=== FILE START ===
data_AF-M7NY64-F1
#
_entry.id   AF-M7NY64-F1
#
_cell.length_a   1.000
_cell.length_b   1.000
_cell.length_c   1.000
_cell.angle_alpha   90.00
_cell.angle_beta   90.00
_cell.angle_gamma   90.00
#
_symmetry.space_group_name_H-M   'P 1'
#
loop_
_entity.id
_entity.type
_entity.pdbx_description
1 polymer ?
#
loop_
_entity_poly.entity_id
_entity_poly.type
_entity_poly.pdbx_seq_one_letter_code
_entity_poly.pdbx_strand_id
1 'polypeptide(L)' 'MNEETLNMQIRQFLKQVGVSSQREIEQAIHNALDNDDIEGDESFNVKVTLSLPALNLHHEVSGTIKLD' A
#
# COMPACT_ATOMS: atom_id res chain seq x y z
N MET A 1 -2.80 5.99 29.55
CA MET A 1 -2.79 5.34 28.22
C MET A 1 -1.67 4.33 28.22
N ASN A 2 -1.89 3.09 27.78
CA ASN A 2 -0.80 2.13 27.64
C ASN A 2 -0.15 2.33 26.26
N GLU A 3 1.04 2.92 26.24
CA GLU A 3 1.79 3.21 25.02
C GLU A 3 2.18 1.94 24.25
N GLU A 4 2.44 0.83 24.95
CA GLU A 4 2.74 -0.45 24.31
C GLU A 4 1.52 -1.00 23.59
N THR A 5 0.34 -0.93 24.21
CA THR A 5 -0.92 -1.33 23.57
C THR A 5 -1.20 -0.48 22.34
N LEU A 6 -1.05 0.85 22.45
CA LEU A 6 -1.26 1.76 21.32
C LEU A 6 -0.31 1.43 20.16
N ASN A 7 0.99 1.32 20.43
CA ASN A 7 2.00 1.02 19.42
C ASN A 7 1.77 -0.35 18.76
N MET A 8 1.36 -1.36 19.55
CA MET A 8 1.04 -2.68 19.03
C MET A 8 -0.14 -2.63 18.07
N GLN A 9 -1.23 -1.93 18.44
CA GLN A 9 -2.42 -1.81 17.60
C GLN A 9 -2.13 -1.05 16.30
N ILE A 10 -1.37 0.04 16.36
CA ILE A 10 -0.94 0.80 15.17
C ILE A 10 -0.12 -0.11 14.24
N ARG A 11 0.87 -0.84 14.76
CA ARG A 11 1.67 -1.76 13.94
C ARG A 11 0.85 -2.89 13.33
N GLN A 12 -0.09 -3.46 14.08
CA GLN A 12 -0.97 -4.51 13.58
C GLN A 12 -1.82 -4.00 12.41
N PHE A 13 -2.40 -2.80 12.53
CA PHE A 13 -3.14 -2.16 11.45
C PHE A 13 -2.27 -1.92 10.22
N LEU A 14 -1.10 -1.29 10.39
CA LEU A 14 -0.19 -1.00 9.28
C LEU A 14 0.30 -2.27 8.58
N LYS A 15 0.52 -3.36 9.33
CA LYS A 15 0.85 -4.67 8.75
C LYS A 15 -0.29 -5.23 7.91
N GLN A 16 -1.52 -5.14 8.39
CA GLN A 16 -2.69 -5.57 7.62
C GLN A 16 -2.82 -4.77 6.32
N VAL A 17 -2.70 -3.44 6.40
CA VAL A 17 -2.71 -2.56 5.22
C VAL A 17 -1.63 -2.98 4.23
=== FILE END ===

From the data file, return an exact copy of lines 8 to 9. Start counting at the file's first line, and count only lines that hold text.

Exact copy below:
_cell.angle_alpha   90.00
_cell.angle_beta   90.00